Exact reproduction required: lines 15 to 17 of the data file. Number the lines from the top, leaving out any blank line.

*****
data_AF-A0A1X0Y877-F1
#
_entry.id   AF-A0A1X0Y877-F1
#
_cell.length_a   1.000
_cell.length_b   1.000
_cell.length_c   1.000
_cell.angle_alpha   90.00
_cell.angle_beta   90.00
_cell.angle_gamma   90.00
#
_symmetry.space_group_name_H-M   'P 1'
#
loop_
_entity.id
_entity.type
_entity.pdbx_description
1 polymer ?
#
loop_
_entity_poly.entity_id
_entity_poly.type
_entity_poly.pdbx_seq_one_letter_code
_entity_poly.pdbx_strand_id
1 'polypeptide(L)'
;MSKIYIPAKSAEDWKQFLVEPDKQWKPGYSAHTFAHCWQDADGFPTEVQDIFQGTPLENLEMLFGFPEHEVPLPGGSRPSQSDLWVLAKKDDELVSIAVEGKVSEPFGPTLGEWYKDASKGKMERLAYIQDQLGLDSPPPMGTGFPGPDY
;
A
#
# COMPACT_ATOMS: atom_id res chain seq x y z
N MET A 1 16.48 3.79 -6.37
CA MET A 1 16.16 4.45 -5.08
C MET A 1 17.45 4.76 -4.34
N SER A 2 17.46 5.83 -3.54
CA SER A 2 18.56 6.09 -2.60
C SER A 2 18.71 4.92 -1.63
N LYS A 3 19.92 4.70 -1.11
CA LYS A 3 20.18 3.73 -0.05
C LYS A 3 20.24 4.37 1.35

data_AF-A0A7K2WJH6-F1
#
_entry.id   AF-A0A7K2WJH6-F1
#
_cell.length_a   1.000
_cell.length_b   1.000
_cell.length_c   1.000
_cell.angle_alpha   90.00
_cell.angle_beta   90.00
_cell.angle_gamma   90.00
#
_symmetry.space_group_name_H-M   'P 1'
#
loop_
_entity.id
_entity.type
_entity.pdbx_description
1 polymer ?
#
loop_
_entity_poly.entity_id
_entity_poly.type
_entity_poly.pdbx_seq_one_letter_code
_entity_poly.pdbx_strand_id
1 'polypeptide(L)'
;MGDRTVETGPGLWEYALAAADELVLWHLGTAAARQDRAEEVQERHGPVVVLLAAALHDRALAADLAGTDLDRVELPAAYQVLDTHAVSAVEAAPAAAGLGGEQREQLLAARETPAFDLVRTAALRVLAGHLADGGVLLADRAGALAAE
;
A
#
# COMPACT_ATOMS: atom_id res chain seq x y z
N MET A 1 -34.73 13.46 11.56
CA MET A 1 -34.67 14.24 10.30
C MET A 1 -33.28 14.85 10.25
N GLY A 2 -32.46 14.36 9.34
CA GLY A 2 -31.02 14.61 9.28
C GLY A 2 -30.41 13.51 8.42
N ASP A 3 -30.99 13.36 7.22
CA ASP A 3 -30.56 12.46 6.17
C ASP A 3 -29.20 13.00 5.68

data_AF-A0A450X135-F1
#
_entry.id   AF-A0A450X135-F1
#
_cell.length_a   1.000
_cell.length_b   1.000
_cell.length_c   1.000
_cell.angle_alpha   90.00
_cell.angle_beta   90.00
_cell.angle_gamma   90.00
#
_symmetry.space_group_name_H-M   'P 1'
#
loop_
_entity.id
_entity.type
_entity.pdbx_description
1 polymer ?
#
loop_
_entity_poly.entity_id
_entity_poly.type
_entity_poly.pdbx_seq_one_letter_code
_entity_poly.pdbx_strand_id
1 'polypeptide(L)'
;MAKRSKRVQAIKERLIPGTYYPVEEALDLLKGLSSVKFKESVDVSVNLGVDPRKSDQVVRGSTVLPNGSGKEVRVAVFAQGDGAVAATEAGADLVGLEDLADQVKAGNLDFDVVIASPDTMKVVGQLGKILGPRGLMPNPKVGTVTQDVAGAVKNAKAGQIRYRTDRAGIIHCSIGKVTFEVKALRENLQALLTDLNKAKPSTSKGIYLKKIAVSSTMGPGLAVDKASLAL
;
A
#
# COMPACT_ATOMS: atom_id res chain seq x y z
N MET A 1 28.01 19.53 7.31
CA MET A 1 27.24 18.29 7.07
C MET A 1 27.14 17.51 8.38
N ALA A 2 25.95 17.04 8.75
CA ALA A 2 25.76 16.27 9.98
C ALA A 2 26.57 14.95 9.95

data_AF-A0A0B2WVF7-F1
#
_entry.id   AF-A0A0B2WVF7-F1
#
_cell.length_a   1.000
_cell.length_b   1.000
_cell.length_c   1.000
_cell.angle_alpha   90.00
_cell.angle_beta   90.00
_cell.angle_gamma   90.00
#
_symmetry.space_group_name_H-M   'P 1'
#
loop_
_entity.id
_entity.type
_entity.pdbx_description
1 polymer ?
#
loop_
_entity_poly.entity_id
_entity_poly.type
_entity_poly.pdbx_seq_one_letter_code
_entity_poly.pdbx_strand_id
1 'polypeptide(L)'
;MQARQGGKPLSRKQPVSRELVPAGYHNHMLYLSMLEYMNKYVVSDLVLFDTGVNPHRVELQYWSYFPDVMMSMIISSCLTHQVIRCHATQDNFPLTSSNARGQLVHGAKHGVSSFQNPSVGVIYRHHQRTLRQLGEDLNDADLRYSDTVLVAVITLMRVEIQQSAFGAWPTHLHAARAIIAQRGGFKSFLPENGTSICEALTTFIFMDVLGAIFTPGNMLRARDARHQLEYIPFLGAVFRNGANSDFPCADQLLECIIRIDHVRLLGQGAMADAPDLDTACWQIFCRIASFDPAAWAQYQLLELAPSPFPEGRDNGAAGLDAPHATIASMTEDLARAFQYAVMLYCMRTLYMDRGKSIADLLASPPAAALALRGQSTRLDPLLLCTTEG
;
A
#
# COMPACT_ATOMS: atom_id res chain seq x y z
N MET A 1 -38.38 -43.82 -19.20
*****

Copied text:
_entity.id
_entity.type
_entity.pdbx_description